Organ jazz from the late fifties and early sixties had a tendency to be predictable, yet it still provided a template for churning out catchy tunes, many of which became hit singles. Once again Fantasy has mined its seemingly inexhaustible supply of the stuff for this record, which once again pairs a couple of previous releases together on one CD. Like most of the other discs in this format (many by McDuff himself), there’s some filler, but enough greasy soul on this 1960 reissue to keep one satisfied.
Jack McDuff and Willis Jackson were two musicians who mined the soul jazz craze for all it’s worth, and despite a few curveballs, they knew not to tinker with a formula that works. These two had played together before and had a deep understanding of each other’s styles. McDuff is one of the best organists to emerge after Jimmy Smith and is more than capable of sustaining a groove by pumping out chords (although he prefers to leave the bottom end to a bassist instead of using the pedals). Jackson, although not a great tenor player, is capable of stringing together a series of licks into an acceptable solo.
However, the real treat here is Bill Jennings, a guitarist whose country-inflected licks bring to mind a mix of Charlie Christian and Chet Atkins. Jennings is the real reason to check out the record, and his nimble solos on “Angel Eyes” and “Gil’s Pills” easily make up for the shortcomings of a group who sometimes seem to be on autopilot, constructing tunes on what has proved workable in the past.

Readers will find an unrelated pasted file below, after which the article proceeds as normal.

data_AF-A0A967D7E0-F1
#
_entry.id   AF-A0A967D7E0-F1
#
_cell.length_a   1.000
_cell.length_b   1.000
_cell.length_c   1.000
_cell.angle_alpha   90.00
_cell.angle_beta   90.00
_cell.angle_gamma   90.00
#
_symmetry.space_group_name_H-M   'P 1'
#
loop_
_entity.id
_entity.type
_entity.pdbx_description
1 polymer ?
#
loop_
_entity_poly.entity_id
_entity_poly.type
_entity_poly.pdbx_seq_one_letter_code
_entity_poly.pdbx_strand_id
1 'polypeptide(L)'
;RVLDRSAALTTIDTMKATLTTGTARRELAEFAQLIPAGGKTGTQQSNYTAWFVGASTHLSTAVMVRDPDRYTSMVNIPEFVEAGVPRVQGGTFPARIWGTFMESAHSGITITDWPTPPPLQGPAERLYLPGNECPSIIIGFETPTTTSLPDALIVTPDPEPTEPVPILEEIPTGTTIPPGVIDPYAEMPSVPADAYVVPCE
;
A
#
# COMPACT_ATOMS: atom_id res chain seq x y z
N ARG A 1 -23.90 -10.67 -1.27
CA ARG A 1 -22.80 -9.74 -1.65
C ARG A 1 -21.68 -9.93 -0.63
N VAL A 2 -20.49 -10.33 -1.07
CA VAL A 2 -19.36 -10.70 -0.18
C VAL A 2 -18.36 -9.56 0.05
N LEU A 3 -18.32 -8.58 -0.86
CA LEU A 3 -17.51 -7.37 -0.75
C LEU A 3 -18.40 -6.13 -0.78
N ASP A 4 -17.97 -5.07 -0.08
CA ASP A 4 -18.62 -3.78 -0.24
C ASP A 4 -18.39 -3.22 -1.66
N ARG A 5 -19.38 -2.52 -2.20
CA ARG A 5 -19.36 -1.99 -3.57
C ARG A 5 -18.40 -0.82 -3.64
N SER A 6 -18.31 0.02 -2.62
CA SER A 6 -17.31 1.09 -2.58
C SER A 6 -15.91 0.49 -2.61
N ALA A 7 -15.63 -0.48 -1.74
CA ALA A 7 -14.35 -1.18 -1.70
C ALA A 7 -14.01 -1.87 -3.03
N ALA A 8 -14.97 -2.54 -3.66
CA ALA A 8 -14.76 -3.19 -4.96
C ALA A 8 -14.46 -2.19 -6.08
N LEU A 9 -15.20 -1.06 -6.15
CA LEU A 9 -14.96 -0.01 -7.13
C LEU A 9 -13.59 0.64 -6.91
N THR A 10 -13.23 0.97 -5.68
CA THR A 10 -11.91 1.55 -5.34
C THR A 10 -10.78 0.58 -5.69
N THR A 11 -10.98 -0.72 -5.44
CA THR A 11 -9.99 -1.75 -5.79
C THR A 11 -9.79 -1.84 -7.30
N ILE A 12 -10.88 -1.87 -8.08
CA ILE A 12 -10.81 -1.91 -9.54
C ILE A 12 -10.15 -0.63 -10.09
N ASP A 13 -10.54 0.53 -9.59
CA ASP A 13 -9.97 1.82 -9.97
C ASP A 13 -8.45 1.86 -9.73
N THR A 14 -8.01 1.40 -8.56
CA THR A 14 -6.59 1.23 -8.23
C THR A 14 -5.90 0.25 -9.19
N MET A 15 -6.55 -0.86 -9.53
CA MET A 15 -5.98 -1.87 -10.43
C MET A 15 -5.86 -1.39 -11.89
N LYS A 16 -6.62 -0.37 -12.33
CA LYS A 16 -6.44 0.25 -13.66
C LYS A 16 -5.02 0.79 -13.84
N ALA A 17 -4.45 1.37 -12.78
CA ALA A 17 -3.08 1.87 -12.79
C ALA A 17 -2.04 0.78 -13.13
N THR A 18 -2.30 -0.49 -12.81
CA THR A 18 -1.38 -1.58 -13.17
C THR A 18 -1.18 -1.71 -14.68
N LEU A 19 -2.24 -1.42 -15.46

Unfortunately, the last six tracks feature Jackson almost exclusively, and Jennings and McDuff seem to be watching the clock, content to vamp and do little else. Other than the hit single “This’ll Get To Ya,” which is a suitably shallow groove for airplay, the rest of the tunes fail to generate any real heat. Jackson shows a strong Ben Webster influence, but he lacks the inventiveness necessary to sustain the spotlight on even the shortest of tunes. “Backtrack” and “Snake Crawl” are fine enough but seem like deliberate efforts to climb the charts. Despite its shortcomings, though, Together Again! is a satisfactory release for those who like their organ jazz cut and dry.
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